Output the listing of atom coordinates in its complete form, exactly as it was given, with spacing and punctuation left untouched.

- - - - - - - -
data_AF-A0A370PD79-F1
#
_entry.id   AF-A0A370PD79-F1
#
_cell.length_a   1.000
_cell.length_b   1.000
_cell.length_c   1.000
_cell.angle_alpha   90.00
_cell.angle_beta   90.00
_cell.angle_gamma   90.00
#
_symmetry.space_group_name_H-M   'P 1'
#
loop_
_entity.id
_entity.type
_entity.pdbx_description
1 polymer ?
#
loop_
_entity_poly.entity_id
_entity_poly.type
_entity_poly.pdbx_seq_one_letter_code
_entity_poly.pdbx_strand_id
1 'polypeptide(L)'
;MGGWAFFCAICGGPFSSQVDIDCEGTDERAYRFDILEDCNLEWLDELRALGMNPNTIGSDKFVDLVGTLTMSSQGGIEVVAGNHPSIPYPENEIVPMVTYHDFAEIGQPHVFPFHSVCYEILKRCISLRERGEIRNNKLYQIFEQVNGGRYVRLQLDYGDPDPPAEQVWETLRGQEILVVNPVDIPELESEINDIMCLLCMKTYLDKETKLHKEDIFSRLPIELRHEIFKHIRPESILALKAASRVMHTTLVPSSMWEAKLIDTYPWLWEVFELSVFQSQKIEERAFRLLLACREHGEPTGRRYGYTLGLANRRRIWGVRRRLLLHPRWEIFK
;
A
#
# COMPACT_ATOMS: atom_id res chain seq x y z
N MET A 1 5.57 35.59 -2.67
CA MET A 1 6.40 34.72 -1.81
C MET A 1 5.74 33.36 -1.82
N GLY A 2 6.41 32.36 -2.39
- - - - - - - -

data_AF-A0A370PD79-F1
#
_entry.id   AF-A0A370PD79-F1
#
_cell.length_a   1.000
_cell.length_b   1.000
_cell.length_c   1.000
_cell.angle_alpha   90.00
_cell.angle_beta   90.00
_cell.angle_gamma   90.00
#
_symmetry.space_group_name_H-M   'P 1'
#
loop_
_entity.id
_entity.type
_entity.pdbx_description
1 polymer ?
#
loop_
_entity_poly.entity_id
_entity_poly.type
_entity_poly.pdbx_seq_one_letter_code
_entity_poly.pdbx_strand_id
1 'polypeptide(L)'
;MGGWAFFCAICGGPFSSQVDIDCEGTDERAYRFDILEDCNLEWLDELRALGMNPNTIGSDKFVDLVGTLTMSSQGGIEVVAGNHPSIPYPENEIVPMVTYHDFAEIGQPHVFPFHSVCYEILKRCISLRERGEIRNNKLYQIFEQVNGGRYVRLQLDYGDPDPPAEQVWETLRGQEILVVNPVDIPELESEINDIMCLLCMKTYLDKETKLHKEDIFSRLPIELRHEIFKHIRPESILALKAASRVMHTTLVPSSMWEAKLIDTYPWLWEVFELSVFQSQKIEERAFRLLLACREHGEPTGRRYGYTLGLANRRRIWGVRRRLLLHPRWEIFK
;
A
#
# COMPACT_ATOMS: atom_id res chain seq x y z
N MET A 1 5.57 35.59 -2.67
CA MET A 1 6.40 34.72 -1.81
C MET A 1 5.74 33.36 -1.82
N GLY A 2 6.41 32.36 -2.39